However, IF organizations asked (were legally permitted to ask), whether a potential new-hire was planning to have children soon, they could plan ahead. They could set up a fund to help compensate for the cost differences, they could experiment with work-from-home situations to see if there were viability, etc, etc. IF they were legally permitted to ask, they could (should!) ask men as well, and provide the same sort of benefits to the men also.

Instead of attacking the problem, and seeing only the bad of it (discrimination or potential discrimination against women), why not help figure out a viable solution, one that honestly works for everyone (or as many as possible anyhow).


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Oh! You mean like what you did with my post?
Turn-about isn't fair play? Doesn't feel nice, does it?
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  #128  
Old 01.02.2012, 23:30
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Re: tired of being asked in jobs interviews if I would like to have children.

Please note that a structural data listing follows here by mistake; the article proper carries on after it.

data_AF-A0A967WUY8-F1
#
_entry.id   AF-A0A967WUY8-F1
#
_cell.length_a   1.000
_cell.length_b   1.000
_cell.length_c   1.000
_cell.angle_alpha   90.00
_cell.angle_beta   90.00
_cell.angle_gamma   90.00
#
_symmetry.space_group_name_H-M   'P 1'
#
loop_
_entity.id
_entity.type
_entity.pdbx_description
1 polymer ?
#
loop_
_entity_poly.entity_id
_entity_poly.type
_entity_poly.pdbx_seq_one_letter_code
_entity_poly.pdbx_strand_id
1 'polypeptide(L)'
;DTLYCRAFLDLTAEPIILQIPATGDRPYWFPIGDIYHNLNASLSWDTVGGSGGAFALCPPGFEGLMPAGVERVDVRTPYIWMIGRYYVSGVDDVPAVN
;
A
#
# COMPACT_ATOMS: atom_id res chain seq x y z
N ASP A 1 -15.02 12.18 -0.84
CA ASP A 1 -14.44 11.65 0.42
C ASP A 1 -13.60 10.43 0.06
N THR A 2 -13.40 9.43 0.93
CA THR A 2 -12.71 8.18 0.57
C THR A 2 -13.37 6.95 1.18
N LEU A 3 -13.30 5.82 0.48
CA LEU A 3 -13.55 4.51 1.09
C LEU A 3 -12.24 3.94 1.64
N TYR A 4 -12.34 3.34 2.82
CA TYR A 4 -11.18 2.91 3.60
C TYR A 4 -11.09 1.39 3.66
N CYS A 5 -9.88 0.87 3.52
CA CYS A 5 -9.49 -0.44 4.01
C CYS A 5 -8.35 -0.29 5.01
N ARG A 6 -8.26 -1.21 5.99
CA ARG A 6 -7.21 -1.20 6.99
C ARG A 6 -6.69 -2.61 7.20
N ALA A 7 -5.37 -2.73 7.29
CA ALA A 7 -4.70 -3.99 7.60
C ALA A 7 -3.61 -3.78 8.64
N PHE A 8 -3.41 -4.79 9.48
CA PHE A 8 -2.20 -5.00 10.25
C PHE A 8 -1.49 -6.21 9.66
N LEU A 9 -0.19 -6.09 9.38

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Mmm hmm, thanks for proving my point, really.

You, nigelr, little isabella (and Nil) all piling on Chemmie...? No wonder some folks focus on how badly folks are ganged up on here.


As NicoleCZ (and apparently Chris Rock) said - it isn't right, but it is understandable. It DOES affect business when parents are out for maternity / paternity and the position has to be held. No real "ifs, ands or buts" about it.

However, IF organizations asked (were legally permitted to ask), whether a potential new-hire was planning to have children soon, they could plan ahead. They could set up a fund to help compensate for the cost differences, they could experiment with work-from-home situations to see if there were viability, etc, etc. IF they were legally permitted to ask, they could (should!) ask men as well, and provide the same sort of benefits to the men also.